Circuit Court Opinion of the Month: Suppression of Evidence After OWI Stop - January, 2015

An appeal to circuit court, following a denial in the district court of a motion to suppress evidence obtained following an OWI traffic stop, resulted in a suppression of the evidence.  The appellant was stopped after an officer saw the vehicle drift past the center of the road and turn without signaling.  So-briety tests – which included a One Leg Stand, Walk and Turn, ABCs, Counting, Months of the Year, and the HGN test – were administered.  Additionally, a PBT was administered 8 minutes (not 15 minutes) after the officer’s first contact with appellant.  The appellant passed the ABCs, Counting and Months’ portions of the tests; the officer gave incorrect instructions on performing the Walk and Turn, and the appellant satisfactorily completed a One Leg Stand.  The parties stipulated that the HGN test was administered incorrectly, so neither the district, nor the circuit judge, considered the results.

Ingham County Circuit Judge James S. Jamo found that, although not mandatory in Michigan, the National Highway Transportation Safety Admini-stration (NHTSA) Detection and Standardized Field Sobriety Testing Manual (Manual) provides a stand-ardized method of administering and interpreting sobriety tests.  Also, the Manual expressly provides that a suspect may be over the legal limit only when “two or more clues or mistakes are observed” in either the One Leg Stand and Walk and Turn tests.  The appellant made only one mistake in the Walk and Turn, but had been given incorrect instructions by the officer on how to complete that test.  The One Leg Stand revealed only some swaying; however, the officer testified that such swaying could be caused by nerves, or by the cold, windy weather.  Judge Jamo found the PBT was incorrectly administered and its results could not be considered for probable cause.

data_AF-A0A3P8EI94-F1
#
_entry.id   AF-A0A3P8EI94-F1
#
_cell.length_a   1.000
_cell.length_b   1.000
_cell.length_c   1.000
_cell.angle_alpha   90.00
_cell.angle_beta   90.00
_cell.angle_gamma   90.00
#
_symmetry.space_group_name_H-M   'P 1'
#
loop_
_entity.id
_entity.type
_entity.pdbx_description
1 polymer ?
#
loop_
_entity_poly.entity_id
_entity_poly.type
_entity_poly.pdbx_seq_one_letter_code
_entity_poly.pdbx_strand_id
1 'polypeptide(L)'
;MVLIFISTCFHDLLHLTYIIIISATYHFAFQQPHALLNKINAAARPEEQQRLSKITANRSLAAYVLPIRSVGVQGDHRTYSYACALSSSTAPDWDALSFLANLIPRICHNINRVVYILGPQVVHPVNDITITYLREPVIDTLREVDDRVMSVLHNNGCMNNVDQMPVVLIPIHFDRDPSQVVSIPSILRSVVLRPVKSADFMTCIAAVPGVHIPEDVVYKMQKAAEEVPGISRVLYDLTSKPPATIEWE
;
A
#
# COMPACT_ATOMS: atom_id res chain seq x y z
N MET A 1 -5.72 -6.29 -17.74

Judge Jamo concluded that “without the benefit of evidence of the improperly administered One Leg Stand, Walk and Turn test, HGN, and PBT,” the only remaining evidence the officer could rely upon were the failure to use a turn signal and the drifting over the center of the road, a smell of alcohol, a bar stamp on the appellant’s hand, and appellant’s watery eyes, and that evidence was insufficient to establish probable cause to arrest.

The defendant was represented by attorney Andrew P. Abood.  A copy of the opinion in People v. Lia Lupin O’Black, Ingham County Circuit Court No. 14-734-AR, is available at

by Neil Leithauser
Associate Editor